Google built a file system "for large distributed data-intensive applications", a programming model and a distributed storage system called BigTable that works on top of Google's file system. Hadoop, an open source project supported by Yahoo, wants to replicate Google's distributed systems.

{ Image from Eric Schmidt's presentation at the Stanford Graduate School of Business in April 2004. }

September 29, 2007

All Videos Uploaded by a Google Video User

One of the reasons why YouTube became successful and Google Video didn't is that YouTube built a community around videos. Each registered user has a profile, a list of uploaded videos and favorite videos. You can subscribe to the videos uploaded by a user and send him a private message.

Google Video doesn't have any of these options: the only thing you can see about someone who posted a video is a list of other uploaded videos. But what if you want to get notified when this unknown person posts other videos? In Google Video, each user has an unique alphanumeric ID. To find all the videos posted by a user, you need to search for: [source:USER_ID]. The ID can be retrieved from the page's source code, but I made a bookmarklet that gives you the URL of a feed which contains all the videos posted by a user, sorted by date.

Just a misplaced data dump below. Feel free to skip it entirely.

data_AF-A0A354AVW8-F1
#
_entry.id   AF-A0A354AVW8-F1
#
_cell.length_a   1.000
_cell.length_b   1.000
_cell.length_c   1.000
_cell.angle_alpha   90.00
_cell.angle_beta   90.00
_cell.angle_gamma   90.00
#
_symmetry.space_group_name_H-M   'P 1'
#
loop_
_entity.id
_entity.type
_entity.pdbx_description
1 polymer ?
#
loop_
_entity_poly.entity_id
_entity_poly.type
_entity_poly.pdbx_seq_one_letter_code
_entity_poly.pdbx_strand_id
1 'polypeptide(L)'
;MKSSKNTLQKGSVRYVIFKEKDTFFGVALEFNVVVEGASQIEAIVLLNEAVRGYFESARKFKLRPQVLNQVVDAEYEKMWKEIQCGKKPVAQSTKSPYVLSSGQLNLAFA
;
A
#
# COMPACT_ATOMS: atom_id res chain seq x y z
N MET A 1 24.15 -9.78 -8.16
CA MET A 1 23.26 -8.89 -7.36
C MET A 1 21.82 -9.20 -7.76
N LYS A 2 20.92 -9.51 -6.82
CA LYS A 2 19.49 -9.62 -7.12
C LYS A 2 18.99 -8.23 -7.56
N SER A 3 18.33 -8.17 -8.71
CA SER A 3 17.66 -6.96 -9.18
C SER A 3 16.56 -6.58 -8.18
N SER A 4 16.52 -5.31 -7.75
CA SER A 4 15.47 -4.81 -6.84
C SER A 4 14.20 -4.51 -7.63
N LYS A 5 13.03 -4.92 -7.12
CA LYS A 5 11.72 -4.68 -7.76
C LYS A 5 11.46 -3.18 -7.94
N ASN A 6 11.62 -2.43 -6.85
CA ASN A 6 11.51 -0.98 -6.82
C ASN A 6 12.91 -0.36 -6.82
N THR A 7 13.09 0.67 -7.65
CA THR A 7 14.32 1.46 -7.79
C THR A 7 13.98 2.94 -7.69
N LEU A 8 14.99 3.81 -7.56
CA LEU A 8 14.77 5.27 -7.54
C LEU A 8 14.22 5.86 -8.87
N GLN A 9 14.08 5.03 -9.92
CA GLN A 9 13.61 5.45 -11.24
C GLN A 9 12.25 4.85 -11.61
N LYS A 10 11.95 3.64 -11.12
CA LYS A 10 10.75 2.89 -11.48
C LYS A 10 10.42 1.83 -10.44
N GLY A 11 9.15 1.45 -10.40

GVideo Author Feed


How to add the bookmarklet?

1. Make sure the link toolbar is visible in your browser. You can enable it if you go to the View menu in your browser, click on Toolbars and check:
* Bookmarks Toolbar in Firefox
* Personal Bar in Opera
* Links in Internet Explorer

2. For Firefox and Opera, drag and drop the blue box above to the toolbar. For Internet Explorer, right-click on the blue box, select "Add to Favorites", ignore the security warning and choose "Links" from the list of folders.

A good example of interesting Google Video channel is "Google Tech Talks", that shows presentations on different topics from Googleplex. If you go to this tech talk and use the bookmarklet, you'll obtain a feed for all the tech talks uploaded by Google. You can subscribe to the feed using any feed reader, but Google Reader is a good choice because it lets you play videos without opening a new page.

September 28, 2007

YouTube Video Units


Google tested last year a way to embed videos from different content providers and monetize them with video ads (only MTV participated in this test). Basically, you had a video channel that displayed a playlist selected by the content provider. The playlist was changed every three to seven days and it was an opportunity to deliver premium content that keeps your visitors on your site more.